University of Arkansas at Little Rock announces scholarship to cover additional costs

High school students reach for thrown T-shirts following the announcement of the new Trojan Guarantee program Wednesday during the Discover college preview day at the University of Arkansas at Little Rock’s Jack Stephens Center.
(Arkansas Democrat-Gazette/Staci Vandagriff)
High school students reach for thrown T-shirts following the announcement of the new Trojan Guarantee program Wednesday during the Discover college preview day at the University of Arkansas at Little Rock’s Jack Stephens Center. (Arkansas Democrat-Gazette/Staci Vandagriff)

The University of Arkansas at Little Rock will offer a new scholarship to cover remaining costs of tuition and mandatory fees not already provided by the federal Pell Grant that is available to students from low-income households, the Arkansas Challenge Scholarship, and other financial aid.

The program, Trojan Guarantee, will make attending UALR more affordable for eligible students, although it does not cover other typical student expenses like housing, books, etc.

Cody Decker, vice chancellor for student affairs and chief data officer, announced Trojan Guarantee -- the latest of a series of initiatives to make attending college less of a financial burden -- on Wednesday during Discover, one of UALR's largest admissions events, with more than 1,100 potential students and family members visiting the university.

The Trojan Guarantee will be available beginning with next fall's freshmen class. Students must be full-time, Pell-eligible, and receiving the Arkansas Challenge Scholarship -- which is funded in large part by the Arkansas Scholarship Lottery -- to be eligible for Trojan Guarantee.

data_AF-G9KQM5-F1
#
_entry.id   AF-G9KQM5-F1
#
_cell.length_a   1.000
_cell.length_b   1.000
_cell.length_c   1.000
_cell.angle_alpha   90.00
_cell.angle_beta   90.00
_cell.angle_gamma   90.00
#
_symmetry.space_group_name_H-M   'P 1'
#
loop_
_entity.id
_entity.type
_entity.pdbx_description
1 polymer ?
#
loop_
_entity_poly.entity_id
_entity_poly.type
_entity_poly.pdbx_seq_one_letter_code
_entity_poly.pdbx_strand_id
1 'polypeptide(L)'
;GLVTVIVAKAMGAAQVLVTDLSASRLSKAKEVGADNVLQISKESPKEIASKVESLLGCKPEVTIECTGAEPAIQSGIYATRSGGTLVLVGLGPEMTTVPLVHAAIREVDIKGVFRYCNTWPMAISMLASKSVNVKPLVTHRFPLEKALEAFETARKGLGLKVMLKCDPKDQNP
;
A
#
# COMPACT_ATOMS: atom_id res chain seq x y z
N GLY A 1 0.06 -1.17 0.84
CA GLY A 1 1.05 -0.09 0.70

Roughly half of UALR's freshmen -- and nearly 60% of undergraduates -- are Pell eligible, according to the university. The scholarship will be renewable for three years, and the university anticipates roughly 200 freshmen will utilize Trojan Guarantee in 2024-25.

UALR has "long been a leader in [college] affordability, and Trojan Guarantee continues" that emphasis, said Charlene Kirk, UALR admissions counselor. Cost is among the top barriers -- for many students, the top barrier -- to college, but Trojan Guarantee removes that barrier, Kirk said.

With Trojan Guarantee and other affordability offers, an education at UALR is "good for the pockets" of students and their parents, UALR's men's basketball coach Darrell Walker said during the Discover event. UALR offers "great education, professors, and facilities," and provides "everything you want" in a university.

Trojan Guarantee will be funded by a combination of institutional and private funds, and students don't have to live or work on campus to receive the scholarship, according to UALR. They do, however, need to apply for UALR admission and the Arkansas Academic Challenge Scholarship, and submit the FAFSA (Free Application for Federal Student Aid) form.